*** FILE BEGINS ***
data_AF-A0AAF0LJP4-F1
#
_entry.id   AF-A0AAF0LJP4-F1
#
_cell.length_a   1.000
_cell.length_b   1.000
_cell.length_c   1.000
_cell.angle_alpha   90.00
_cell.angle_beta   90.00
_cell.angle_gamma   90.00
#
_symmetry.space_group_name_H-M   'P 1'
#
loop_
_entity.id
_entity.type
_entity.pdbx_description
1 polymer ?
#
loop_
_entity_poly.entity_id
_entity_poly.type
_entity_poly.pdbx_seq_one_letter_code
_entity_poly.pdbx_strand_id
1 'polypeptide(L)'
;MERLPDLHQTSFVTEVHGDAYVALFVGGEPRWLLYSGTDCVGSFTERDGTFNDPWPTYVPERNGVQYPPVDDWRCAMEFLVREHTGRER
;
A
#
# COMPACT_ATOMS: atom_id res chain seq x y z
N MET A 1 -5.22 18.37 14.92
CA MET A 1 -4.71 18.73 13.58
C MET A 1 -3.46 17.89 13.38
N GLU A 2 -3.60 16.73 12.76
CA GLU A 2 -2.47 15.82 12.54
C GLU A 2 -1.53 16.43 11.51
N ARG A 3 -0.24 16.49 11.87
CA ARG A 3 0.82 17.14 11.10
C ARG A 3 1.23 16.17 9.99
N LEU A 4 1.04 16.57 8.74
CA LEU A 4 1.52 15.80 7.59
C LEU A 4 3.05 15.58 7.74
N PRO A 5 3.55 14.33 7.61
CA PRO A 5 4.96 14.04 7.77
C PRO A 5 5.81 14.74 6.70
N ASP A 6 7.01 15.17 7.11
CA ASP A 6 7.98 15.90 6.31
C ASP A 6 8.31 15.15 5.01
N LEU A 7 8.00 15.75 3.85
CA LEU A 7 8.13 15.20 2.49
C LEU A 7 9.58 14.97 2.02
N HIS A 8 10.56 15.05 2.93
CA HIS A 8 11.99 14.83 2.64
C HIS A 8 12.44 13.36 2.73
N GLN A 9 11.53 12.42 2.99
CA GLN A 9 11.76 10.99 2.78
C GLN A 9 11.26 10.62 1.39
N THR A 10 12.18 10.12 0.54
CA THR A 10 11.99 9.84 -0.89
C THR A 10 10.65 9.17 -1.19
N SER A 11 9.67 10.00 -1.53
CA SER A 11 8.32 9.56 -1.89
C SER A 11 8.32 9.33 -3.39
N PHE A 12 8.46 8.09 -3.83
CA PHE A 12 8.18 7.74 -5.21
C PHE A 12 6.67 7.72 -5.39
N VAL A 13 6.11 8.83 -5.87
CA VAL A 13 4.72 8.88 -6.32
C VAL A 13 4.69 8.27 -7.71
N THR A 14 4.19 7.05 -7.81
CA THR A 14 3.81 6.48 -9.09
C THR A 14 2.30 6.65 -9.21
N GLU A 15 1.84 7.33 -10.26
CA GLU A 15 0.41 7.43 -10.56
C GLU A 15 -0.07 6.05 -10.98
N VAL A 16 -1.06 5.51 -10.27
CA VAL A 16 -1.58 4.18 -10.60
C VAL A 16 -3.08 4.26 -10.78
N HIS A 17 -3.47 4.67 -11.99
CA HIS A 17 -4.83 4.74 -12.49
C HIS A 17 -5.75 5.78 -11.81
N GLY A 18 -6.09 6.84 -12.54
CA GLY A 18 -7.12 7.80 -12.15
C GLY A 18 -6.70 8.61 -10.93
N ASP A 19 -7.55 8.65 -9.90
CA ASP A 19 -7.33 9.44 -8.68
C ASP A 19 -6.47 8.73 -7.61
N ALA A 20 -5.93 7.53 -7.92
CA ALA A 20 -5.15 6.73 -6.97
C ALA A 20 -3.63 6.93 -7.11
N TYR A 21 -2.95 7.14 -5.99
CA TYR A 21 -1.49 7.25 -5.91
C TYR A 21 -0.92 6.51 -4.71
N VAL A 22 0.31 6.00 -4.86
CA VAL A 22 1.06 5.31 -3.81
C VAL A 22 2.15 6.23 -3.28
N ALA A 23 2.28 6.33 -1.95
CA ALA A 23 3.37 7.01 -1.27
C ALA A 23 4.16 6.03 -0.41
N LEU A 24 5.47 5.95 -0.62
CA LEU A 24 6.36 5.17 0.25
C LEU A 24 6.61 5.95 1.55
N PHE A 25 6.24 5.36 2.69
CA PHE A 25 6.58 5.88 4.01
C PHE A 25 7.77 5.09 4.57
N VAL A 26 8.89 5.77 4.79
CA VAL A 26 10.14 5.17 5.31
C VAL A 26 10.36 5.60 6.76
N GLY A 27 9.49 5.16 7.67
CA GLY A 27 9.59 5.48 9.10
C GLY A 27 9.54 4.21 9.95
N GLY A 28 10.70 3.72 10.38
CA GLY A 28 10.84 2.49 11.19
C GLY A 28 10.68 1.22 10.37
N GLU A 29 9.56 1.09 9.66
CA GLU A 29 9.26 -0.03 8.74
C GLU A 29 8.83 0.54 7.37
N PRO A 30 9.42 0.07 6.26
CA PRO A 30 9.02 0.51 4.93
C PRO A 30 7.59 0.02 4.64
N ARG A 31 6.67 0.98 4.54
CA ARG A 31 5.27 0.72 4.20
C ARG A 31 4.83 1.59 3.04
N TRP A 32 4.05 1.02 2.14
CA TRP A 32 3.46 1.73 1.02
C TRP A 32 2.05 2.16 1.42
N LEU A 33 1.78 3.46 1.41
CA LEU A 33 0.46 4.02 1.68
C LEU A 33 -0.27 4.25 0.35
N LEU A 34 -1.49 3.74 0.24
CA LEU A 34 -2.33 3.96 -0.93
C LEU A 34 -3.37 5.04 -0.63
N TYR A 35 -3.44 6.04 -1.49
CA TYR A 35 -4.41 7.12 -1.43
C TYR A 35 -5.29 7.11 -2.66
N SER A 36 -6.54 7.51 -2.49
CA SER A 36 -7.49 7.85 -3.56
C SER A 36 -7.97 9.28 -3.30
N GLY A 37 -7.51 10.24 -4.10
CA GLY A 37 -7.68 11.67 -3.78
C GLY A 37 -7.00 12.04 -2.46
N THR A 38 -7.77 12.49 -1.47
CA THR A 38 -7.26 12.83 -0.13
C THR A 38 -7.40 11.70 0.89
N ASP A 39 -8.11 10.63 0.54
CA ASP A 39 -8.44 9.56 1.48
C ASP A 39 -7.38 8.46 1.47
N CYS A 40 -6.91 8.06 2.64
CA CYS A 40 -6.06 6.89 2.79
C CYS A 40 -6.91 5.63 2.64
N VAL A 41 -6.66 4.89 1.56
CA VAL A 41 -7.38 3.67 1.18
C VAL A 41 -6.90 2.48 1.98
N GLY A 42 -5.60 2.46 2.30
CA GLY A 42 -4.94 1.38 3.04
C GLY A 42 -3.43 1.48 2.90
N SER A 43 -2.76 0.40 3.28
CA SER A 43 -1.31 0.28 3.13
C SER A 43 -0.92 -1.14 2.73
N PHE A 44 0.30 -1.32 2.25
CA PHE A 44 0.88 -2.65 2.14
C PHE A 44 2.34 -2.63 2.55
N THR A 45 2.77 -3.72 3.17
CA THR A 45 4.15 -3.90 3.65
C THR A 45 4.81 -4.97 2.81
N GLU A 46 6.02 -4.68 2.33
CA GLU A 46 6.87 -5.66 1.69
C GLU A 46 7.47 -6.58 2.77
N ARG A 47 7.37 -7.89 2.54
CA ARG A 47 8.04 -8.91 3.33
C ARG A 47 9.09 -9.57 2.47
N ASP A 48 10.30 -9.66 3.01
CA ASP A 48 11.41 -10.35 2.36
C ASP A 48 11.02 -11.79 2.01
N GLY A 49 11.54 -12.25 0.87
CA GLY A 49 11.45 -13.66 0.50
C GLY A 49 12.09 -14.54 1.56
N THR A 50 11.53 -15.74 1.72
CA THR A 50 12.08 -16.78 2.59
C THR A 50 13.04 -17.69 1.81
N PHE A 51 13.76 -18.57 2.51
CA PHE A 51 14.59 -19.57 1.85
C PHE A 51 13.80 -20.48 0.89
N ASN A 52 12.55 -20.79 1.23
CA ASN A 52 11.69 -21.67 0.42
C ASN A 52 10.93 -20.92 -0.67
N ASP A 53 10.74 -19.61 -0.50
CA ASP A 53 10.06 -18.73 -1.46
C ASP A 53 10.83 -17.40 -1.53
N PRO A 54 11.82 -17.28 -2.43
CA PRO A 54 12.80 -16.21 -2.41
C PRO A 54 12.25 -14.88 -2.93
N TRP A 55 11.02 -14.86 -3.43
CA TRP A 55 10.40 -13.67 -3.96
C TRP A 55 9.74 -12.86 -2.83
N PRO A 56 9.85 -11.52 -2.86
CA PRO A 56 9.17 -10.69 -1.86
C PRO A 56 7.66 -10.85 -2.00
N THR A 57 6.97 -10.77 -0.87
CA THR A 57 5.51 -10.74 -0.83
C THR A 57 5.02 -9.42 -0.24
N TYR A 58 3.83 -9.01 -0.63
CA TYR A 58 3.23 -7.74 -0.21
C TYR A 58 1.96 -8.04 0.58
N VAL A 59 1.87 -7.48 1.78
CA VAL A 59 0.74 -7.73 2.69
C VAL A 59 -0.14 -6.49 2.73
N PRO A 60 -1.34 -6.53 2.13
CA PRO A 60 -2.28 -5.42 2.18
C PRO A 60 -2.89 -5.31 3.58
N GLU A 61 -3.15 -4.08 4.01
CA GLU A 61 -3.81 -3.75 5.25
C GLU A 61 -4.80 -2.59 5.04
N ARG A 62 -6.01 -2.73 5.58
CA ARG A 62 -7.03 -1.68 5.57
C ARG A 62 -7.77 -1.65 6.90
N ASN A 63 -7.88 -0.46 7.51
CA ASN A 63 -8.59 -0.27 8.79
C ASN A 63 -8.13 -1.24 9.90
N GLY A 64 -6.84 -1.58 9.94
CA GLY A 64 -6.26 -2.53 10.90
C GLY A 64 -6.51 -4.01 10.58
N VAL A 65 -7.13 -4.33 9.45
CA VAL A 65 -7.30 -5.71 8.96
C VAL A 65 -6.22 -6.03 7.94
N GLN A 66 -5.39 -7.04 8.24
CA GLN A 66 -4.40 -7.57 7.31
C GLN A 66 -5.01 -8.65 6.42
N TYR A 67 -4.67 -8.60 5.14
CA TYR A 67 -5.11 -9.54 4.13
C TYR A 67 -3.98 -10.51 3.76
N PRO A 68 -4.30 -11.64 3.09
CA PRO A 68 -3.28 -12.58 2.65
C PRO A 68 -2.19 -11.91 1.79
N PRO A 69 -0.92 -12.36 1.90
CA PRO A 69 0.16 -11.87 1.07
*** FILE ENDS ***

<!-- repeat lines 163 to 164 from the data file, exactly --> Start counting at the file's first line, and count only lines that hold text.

N THR A 45 2.77 -3.72 3.17
CA THR A 45 4.15 -3.90 3.65